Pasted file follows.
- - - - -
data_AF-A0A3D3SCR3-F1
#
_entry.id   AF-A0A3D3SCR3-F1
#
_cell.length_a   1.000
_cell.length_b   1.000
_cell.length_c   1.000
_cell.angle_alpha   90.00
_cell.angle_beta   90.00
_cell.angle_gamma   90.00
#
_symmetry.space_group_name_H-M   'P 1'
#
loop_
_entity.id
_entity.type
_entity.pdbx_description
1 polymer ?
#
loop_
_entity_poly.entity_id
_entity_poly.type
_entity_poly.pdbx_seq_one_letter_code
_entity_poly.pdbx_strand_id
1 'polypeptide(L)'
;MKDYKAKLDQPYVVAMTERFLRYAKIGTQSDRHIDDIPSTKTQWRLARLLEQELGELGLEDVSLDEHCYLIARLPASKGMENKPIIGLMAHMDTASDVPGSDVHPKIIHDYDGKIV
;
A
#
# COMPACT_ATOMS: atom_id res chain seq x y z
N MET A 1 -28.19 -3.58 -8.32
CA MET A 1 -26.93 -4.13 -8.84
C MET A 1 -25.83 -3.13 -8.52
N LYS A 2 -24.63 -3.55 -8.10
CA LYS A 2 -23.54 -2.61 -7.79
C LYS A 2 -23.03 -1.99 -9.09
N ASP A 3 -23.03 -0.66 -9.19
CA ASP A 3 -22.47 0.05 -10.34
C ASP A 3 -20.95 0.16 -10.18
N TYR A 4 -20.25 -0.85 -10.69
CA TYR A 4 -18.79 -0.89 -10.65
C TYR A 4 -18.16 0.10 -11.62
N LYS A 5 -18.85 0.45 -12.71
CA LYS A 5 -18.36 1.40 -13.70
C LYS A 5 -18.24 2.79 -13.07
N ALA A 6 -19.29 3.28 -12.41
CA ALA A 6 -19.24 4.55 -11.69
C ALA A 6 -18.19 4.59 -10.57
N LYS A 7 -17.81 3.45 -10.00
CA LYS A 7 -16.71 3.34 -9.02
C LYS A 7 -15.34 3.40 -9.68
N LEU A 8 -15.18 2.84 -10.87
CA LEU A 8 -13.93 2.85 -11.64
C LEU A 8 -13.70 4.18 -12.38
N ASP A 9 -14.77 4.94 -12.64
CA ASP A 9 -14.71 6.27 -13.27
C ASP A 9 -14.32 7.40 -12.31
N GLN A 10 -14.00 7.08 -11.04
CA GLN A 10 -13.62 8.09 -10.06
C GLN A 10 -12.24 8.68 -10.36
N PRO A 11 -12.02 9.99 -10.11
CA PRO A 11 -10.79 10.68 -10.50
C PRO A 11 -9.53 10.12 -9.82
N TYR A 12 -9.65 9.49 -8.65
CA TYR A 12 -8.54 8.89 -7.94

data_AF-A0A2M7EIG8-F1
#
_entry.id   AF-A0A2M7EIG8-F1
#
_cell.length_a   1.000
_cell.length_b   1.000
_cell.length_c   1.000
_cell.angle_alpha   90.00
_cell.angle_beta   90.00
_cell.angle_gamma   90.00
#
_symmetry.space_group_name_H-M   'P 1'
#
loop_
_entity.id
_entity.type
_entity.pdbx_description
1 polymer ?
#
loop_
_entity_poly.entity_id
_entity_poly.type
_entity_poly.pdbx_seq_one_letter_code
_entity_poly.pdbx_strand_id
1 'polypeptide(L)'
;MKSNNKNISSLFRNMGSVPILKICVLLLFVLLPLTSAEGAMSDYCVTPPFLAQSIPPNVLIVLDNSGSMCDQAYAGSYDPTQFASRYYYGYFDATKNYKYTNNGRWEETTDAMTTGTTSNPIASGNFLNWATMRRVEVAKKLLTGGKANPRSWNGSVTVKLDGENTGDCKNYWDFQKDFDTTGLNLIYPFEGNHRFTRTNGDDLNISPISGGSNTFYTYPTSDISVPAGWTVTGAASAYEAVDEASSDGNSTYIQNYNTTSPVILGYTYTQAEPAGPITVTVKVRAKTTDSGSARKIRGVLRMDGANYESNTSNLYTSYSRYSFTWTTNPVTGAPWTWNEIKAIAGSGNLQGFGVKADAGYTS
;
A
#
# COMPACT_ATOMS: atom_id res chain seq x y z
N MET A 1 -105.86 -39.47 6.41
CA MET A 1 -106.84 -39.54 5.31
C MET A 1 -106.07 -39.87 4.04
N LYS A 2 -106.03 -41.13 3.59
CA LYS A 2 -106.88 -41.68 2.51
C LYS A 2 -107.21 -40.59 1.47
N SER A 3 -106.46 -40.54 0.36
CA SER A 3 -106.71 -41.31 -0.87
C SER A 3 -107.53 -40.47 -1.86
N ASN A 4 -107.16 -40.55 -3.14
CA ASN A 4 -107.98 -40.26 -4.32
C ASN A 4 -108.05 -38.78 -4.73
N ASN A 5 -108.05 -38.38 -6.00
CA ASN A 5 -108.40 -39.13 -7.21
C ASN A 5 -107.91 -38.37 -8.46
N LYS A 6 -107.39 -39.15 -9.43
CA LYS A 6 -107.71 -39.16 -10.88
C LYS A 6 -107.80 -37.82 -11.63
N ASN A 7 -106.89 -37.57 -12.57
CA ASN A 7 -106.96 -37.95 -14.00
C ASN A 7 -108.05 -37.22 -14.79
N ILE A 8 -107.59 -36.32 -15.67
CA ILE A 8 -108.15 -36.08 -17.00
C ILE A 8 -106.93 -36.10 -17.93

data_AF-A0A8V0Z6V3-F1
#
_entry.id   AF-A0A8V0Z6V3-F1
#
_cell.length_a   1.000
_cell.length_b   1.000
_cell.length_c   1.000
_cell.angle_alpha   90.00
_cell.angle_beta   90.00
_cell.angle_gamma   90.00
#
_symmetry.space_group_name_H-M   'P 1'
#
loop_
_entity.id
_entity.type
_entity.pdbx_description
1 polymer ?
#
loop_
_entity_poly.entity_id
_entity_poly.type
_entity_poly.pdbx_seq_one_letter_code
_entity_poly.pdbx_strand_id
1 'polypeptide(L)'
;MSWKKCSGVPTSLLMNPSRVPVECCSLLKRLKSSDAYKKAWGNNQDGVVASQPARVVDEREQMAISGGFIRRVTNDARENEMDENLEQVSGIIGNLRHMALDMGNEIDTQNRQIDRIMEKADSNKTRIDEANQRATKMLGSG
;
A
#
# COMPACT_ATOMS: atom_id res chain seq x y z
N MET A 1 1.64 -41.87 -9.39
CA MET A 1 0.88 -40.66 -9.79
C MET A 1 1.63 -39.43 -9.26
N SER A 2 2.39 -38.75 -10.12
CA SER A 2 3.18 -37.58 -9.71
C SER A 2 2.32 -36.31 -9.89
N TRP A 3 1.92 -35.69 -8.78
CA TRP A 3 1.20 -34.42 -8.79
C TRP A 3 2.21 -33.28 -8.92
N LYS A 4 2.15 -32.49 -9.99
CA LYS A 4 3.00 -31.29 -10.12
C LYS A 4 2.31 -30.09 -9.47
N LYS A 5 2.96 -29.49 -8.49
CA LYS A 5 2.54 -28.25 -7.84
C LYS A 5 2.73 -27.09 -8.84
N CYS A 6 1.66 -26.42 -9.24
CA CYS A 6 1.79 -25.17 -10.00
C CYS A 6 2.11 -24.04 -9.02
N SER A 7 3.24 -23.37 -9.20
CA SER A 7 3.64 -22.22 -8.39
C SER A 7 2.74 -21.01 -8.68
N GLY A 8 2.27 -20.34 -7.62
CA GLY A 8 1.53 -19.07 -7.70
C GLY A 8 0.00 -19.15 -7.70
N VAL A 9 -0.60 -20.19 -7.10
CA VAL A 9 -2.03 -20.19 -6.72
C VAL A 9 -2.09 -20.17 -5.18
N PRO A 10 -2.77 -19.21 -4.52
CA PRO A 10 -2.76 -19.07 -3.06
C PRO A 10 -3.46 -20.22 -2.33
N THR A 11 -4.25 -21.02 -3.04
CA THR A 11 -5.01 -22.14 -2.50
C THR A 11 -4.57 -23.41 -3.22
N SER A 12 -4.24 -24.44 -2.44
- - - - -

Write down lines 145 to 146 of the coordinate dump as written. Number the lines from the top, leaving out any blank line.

;MSWKKCSGVPTSLLMNPSRVPVECCSLLKRLKSSDAYKKAWGNNQDGVVASQPARVVDEREQMAISGGFIRRVTNDARENEMDENLEQVSGIIGNLRHMALDMGNEIDTQNRQIDRIMEKADSNKTRIDEANQRATKMLGSG
;